Re:And this is different to OpenDNS how? (4, Insightful)

Waffle Iron (339739) | more than 7 years ago | (#18023478)

It's different because you're not already paying OpenDNS $29.99/month for the privilege to see their ads.

Re:And this is different to OpenDNS how? (0)

Anonymous Coward | more than 7 years ago | (#18023724)

So I can pay Charter $40 a month for cable internet and then switch to OpenDNS which has the same broken DNS setup as Charter, but its different because I'm not paying OpenDNS to do the same thing Charter is?

Your logic is... odd.

Re:And this is different to OpenDNS how? (1)

Waffle Iron (339739) | more than 7 years ago | (#18024094)

So I can pay Charter $40 a month for cable internet and then switch to OpenDNS which has the same broken DNS setup as Charter, but its different because I'm not paying OpenDNS to do the same thing Charter is?

No, DNS is understood to be an integral part of the services provided by an ISP. Its cost has always been included in your monthly fee. It's highly unlikely that any ISP is going to drop monthly rates because of this ad revenue, so this action is essentially just another rate hike. Nothing about your ISP's service is improved, you may get stuck looking at ads, and some of your apps may break. OpenDNS, OTOH, is an optional backup than can provide higher reliabilty through redundancy. If your apps break with it, you don't need to point your resolver at it. They are adding optional value above what your ISP is providing (redundant DNS service), in return for you dealing with the ads and/or app issues.

Re:And this is different to OpenDNS how? (2, Insightful)

fmobus (831767) | more than 7 years ago | (#18023908)

it differs in the fact that OpenDNS is clearly an opt-in service.

Re:And this is different to OpenDNS how? (1)

vcv (526771) | more than 7 years ago | (#18024122)

Hell, technically charter is too. You can use dial-up or DSL isntead. Or satellite. The point is that both dns servers do pretty much the same thing, so it's kind of ironic to recommend using opendns if you don't like charter returning their own page when it can't resolve a domain.

WOW does this too... (1, Insightful)

Anonymous Coward | more than 7 years ago | (#18022678)

WOW / Wild Out West Cable (in Columbus, OH) has been doing this forever. they have their own site setup for it - seek-aid.com. I complained and at first they denied it existed. They finally admitted it but basically told me to deal with it. The "opt-out" sets a cookie which ignores the site and redirects you to Windows Live search -- yeah, BIG difference...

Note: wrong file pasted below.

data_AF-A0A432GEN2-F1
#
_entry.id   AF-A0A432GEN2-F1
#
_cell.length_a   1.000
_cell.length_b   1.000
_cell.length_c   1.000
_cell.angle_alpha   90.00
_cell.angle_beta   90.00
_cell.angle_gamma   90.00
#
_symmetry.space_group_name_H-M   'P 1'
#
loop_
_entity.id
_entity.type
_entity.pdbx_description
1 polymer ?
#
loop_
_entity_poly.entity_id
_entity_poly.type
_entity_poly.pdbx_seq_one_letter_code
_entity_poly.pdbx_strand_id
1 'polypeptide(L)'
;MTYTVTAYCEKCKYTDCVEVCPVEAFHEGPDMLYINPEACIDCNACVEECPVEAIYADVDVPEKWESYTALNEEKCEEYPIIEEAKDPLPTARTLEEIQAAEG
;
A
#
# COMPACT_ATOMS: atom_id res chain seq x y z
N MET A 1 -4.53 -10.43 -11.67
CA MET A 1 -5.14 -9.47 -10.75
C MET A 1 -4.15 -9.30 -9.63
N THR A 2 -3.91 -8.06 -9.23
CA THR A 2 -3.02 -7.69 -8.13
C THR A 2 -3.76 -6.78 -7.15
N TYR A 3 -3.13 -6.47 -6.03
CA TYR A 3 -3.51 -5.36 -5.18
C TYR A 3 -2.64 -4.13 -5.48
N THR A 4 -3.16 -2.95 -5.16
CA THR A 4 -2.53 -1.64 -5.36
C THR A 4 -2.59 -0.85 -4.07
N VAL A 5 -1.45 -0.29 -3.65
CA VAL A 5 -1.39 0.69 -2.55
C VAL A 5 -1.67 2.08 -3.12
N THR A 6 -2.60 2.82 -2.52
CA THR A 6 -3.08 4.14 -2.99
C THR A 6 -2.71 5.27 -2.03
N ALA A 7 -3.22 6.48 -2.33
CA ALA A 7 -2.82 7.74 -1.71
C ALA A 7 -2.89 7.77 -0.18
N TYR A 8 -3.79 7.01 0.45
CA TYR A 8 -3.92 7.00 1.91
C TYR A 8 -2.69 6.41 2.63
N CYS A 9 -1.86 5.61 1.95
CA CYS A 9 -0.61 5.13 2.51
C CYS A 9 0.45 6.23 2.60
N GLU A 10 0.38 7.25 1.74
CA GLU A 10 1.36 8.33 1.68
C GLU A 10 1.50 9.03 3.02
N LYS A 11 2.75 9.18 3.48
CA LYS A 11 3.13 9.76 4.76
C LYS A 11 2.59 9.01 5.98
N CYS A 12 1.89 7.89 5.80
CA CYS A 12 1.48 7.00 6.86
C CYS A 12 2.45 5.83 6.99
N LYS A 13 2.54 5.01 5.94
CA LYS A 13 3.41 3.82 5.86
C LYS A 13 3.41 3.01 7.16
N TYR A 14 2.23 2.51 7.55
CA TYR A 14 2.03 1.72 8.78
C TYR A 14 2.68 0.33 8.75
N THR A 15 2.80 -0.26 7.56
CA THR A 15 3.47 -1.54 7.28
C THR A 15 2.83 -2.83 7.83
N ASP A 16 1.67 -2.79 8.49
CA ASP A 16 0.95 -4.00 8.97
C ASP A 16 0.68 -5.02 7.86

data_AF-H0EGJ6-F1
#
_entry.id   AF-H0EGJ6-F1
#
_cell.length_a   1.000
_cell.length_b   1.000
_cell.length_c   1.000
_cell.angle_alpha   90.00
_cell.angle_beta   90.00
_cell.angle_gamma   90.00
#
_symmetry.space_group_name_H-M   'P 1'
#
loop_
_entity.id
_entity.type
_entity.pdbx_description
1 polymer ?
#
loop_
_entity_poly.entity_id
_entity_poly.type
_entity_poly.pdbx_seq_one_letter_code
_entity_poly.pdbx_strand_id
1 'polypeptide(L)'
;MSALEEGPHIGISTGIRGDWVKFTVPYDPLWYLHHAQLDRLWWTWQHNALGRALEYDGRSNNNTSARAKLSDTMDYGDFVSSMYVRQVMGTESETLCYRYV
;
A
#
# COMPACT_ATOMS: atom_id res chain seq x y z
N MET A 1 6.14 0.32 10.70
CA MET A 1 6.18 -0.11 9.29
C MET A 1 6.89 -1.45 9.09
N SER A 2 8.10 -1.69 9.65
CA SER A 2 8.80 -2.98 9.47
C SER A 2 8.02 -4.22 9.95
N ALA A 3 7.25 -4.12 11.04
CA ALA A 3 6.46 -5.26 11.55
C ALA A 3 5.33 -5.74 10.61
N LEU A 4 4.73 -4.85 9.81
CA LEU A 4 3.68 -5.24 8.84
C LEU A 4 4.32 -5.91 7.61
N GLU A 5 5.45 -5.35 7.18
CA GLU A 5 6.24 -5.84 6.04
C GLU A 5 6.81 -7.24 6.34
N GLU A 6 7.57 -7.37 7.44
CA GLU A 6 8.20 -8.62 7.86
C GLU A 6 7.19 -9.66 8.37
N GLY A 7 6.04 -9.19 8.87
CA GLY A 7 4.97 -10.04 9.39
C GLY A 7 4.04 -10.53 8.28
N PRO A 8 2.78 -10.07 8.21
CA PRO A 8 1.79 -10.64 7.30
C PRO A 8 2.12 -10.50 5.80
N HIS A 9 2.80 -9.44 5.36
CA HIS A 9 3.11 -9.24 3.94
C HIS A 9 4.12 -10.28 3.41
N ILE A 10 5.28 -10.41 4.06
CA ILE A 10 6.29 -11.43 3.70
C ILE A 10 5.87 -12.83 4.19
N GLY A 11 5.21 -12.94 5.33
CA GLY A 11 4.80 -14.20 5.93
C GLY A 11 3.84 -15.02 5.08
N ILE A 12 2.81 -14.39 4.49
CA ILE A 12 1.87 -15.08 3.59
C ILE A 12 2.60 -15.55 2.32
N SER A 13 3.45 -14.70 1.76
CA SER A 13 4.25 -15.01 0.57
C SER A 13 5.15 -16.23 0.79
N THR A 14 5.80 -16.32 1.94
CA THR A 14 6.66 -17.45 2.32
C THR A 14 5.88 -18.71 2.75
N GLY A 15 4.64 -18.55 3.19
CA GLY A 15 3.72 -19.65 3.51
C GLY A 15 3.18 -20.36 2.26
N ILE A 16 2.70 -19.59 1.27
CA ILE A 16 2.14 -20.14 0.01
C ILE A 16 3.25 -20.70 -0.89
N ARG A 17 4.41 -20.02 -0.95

I use OpenDNS at home and my websites load a LOT faster (ones that aren't cached anyway).

ISPs are stupid and evil.

Re:WOW does this too... (-1, Flamebait)

Anonymous Coward | more than 7 years ago | (#18022772)

At least get your cable company's name right, it is WIDE OPEN WEST. At least whine with the right name.

Re:WOW does this too... (1)

psm321 (450181) | more than 7 years ago | (#18024294)

I'm pretty sure they dropped the "Wide Open West" a while ago and it's just WOW now. And I can confirm that they do have the stupid seek-aid thing, drives me crazy when trying to setup new websites because the seek-aid reply gets cached.

Standard? (1)

mwvdlee (775178) | more than 7 years ago | (#18022680)

Isn't there some sort of DNS standard that prevents this type of situation? There are applications out there that depend on getting reliable errors back from DNS. With such pages, DNS will always return an IP, even if none is registered. Sitefinder-like DNS breaks applications.

It's becoming increasingly clear that, in order to protect the internet from the greedy hands of corporations, we need to adopt their tactics; patent the DNS standard and trademark the "DNS" label, so nobody can mangle it and still claim to be DNS.

The FOSS community should start to pro-actively patent, copyright and trademark anything they can, so no corporation can mess it up.

Re:Standard? (3, Insightful)

davmoo (63521) | more than 7 years ago | (#18022728)

The FOSS community should start to pro-actively patent, copyright and trademark anything they can, so no corporation can mess it up.

The problem with this is FOSS rarely innovates. The community is usually playing "follow the leader", and duplicating software that is already available on the commercial market.

I swear I'm not purposely trying to be a negative ass, that's just how it is. 99 percent of FOSS comes in to being because someone wants a free (beer/speech) equivalent to a closed source and costs money commercial package.

Re:Standard? (0, Insightful)

Anonymous Coward | more than 7 years ago | (#18022978)

Yeah, things like DNS servers, web servers, etc. are all MS designed! Get a life, get a clue and get the facts. Most of the Internet is run on stuff that was CREATED by FOSS developers and MS, et. all acquired later. In fact anyone familiar with MS knows they buy or "borrow" most of their good ideas from someone else.